People want John Daly to win. In life, on the golf course, playing guitar, hitting 21 and getting double… or finding the right girl and having blonde-blue-eyed babies for the rest of his and his angel’s life.

For all of his wobbles, John Daily’s done what only 76 men in the history of the world have accomplished. He’s won two Major championships in the World of Golf. He won the British Open in a playoff in 1995 at this very same course. It was his second after breaking in to win the PGA title in 1991, straight from the University of Arkansas with the longest backswing in golf history and not enough knowledge to realize what winning a major meant to him.

Think about it. Two major championships.

Guess who’s looking up at him. Fred Couples. Tommy Bolt. Ken Venturi. Tom Kite. Richard Burton. All with one title, except Richard Burton, who later was reported to have married Elizabeth Taylor. Could have been another Richard Burton, but the name will claim two majors. One, definitely outweighing the other.

John Daly proceeded to approach this beguiling Scottish Beauty at just the right moment and mood on Thursday. These were utopian scoring conditions, and She was ready and willing with dampened fairways, lush and accepting greens and a hint of sunshine. Not a breath of wind. And the galleries wrapping their arms around him. Loving and laughing along with the blond, tow-head from the home of the Hog’s Head. With the crazy pants that matched any shirt he might grab from his closet in the dark.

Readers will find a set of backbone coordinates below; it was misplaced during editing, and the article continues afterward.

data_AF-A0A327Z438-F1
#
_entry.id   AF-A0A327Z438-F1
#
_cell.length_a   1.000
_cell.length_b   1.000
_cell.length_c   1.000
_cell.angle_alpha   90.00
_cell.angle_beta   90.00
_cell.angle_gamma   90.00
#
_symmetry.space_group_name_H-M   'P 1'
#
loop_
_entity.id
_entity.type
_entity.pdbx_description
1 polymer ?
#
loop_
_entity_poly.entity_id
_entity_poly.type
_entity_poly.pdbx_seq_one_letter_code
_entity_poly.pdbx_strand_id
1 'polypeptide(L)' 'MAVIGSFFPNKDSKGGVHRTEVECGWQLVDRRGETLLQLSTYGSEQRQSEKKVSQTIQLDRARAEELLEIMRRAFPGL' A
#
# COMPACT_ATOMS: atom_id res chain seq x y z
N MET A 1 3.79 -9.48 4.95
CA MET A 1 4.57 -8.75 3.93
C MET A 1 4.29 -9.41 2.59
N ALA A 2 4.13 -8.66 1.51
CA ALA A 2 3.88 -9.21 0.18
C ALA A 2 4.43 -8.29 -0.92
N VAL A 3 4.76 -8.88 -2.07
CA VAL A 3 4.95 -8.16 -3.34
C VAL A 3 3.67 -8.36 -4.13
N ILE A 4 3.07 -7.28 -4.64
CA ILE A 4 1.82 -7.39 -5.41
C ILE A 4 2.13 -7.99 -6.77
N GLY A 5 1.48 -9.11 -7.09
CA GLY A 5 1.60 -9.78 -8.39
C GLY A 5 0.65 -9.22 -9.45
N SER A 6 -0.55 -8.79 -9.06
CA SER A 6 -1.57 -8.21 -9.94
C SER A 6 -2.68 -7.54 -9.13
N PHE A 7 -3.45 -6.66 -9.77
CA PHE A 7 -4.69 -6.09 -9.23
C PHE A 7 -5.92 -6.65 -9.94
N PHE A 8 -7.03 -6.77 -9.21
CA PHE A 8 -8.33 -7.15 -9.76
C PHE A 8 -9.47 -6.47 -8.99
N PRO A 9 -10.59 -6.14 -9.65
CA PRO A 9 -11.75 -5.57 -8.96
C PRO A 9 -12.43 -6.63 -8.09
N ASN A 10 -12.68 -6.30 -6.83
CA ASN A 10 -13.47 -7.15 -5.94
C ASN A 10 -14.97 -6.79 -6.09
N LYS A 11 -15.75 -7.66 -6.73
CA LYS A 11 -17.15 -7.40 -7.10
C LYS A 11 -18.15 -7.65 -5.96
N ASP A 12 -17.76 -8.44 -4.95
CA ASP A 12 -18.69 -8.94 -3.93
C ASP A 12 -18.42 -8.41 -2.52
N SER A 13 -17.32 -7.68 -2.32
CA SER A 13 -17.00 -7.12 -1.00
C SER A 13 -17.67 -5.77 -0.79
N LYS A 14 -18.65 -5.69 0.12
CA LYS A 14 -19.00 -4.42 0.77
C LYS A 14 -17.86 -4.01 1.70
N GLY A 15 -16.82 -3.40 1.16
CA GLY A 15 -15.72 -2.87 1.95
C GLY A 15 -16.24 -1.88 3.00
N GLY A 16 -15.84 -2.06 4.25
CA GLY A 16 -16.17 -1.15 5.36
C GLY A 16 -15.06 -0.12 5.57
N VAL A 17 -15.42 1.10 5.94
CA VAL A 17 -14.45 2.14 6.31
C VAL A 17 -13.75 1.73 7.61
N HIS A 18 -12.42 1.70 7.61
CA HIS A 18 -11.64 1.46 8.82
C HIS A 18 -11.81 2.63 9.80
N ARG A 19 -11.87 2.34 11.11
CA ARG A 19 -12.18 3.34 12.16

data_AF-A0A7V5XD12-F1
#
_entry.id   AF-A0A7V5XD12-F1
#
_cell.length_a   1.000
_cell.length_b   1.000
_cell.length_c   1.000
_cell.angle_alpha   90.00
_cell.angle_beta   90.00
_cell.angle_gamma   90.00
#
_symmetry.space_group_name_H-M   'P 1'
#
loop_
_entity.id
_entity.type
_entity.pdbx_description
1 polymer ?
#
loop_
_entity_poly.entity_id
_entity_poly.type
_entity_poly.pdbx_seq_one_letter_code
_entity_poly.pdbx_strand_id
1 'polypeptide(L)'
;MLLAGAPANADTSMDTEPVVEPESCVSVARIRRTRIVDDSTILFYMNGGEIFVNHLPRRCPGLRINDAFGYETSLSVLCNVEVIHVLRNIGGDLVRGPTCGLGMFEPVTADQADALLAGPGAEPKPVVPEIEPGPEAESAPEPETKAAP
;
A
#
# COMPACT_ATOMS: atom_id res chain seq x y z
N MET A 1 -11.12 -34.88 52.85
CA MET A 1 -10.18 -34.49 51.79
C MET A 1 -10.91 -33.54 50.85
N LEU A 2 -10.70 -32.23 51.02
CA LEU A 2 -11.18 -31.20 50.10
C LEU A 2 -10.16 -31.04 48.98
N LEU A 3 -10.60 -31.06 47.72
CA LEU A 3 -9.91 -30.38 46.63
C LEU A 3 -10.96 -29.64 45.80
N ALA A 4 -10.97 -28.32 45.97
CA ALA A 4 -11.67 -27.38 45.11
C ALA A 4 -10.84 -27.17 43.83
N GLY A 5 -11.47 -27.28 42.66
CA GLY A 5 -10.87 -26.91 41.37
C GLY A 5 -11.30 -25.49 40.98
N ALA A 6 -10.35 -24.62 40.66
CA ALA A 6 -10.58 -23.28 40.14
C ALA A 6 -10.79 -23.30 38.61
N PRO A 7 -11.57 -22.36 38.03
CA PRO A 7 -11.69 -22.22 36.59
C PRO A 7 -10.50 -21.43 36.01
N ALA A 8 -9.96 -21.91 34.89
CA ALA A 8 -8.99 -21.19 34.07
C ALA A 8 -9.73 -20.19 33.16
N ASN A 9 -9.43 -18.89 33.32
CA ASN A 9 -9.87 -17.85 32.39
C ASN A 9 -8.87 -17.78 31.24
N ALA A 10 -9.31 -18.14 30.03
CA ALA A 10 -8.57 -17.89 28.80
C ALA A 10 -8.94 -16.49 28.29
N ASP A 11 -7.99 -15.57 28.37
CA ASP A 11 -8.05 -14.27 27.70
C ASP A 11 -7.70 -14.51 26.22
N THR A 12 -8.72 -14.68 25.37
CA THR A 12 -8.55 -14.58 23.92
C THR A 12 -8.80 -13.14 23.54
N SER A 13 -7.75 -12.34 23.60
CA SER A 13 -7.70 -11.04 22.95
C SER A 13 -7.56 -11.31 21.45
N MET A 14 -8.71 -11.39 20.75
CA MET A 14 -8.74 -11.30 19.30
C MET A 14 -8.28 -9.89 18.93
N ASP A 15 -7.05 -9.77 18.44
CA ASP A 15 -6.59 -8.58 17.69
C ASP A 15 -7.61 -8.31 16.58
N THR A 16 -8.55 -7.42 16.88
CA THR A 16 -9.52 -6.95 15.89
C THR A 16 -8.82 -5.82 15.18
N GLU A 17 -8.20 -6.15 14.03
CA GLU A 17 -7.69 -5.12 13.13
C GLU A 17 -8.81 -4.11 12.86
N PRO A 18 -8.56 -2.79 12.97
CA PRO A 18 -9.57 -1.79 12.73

He went from two under to seven under in six holes. He was leading The Open…at St., Andrews…and life was good. He wobbled a bit at the end by bogeying 17 and missing a birdie putt on 18. But, 66…ain’t bad in this this time of his life.

Being Scotland and the skies ready to pour down rain and bring the wind, it could turn in a moment. But, for four and a half hours in this fantasy, the sun was at his back and a slight moist wind was caressing his face.

Thursdays Are Doris Day. Na, An tie for Brevity. Els in a group at Third.